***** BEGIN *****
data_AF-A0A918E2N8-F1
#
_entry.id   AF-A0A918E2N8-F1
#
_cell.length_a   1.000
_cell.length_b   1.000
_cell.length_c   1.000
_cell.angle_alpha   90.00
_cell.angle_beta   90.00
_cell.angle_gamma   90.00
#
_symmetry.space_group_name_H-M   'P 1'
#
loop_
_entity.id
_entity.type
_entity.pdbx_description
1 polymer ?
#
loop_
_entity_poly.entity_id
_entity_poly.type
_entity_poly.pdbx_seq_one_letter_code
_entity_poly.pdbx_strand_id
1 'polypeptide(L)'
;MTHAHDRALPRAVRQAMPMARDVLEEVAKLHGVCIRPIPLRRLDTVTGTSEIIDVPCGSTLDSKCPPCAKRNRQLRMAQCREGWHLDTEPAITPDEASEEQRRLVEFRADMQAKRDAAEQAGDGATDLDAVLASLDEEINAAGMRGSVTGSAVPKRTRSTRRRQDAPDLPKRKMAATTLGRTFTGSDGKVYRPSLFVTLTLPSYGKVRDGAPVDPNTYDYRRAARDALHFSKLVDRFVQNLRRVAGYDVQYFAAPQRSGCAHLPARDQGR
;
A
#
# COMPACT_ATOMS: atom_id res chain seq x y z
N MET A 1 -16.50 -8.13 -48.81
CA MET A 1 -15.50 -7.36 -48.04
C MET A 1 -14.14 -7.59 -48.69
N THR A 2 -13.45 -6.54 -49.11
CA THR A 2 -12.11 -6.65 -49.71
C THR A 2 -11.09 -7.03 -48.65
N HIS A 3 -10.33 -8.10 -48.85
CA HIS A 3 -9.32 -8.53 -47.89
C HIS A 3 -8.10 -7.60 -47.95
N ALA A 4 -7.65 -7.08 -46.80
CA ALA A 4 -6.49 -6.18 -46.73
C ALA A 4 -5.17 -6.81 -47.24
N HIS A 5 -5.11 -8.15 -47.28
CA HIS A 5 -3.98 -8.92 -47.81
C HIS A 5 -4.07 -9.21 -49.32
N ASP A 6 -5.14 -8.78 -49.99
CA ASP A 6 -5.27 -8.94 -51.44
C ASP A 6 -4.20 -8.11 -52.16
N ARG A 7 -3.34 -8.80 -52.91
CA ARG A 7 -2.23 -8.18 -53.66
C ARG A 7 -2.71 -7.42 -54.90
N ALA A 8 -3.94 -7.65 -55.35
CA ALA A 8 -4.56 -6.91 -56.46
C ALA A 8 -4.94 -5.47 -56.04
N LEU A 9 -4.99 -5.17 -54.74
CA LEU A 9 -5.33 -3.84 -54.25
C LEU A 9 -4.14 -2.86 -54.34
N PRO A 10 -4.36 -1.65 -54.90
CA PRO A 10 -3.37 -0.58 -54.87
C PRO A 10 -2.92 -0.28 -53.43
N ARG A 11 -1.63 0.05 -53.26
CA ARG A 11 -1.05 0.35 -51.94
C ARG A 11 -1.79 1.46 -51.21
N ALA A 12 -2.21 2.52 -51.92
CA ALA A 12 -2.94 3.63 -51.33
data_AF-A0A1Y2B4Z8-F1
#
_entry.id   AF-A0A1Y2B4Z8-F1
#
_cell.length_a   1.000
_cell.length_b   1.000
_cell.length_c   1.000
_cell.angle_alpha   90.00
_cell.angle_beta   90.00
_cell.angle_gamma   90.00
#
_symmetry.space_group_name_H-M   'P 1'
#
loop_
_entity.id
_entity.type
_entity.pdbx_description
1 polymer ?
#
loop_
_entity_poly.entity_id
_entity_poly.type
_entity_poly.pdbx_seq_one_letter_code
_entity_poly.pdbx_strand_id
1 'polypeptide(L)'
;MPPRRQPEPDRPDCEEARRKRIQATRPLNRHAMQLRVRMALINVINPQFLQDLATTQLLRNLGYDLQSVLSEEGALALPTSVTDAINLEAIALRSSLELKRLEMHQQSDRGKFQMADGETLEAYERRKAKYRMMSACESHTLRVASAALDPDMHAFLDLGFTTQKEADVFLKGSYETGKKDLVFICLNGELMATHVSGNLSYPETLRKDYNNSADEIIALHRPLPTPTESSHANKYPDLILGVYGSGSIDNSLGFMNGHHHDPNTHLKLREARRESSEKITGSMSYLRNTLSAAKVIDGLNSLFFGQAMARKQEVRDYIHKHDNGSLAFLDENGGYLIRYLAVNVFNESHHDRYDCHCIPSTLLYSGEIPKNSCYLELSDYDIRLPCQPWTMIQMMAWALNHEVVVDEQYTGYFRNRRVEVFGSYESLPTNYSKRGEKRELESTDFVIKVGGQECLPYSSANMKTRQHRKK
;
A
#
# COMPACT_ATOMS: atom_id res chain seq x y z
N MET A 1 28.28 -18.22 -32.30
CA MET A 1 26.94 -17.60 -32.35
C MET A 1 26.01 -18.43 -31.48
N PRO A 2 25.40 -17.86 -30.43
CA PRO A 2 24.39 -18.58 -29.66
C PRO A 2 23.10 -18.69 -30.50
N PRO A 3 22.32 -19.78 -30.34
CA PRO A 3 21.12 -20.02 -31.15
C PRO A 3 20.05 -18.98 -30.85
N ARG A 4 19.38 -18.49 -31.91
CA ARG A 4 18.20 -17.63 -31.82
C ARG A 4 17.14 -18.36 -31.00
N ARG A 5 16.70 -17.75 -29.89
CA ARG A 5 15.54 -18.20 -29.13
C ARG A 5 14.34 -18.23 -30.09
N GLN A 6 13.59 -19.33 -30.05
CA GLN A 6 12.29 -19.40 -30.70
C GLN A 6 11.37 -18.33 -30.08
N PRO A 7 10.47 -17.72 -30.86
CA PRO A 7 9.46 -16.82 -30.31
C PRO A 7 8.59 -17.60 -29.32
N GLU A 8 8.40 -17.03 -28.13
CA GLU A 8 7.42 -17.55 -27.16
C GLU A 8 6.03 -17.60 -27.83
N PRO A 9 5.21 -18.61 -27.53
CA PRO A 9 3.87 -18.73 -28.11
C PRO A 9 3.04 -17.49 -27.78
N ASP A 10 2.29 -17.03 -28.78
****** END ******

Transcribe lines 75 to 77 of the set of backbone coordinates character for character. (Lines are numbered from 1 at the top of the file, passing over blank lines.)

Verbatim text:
_cell.angle_gamma   90.00
#
_symmetry.space_group_name_H-M   'P 1'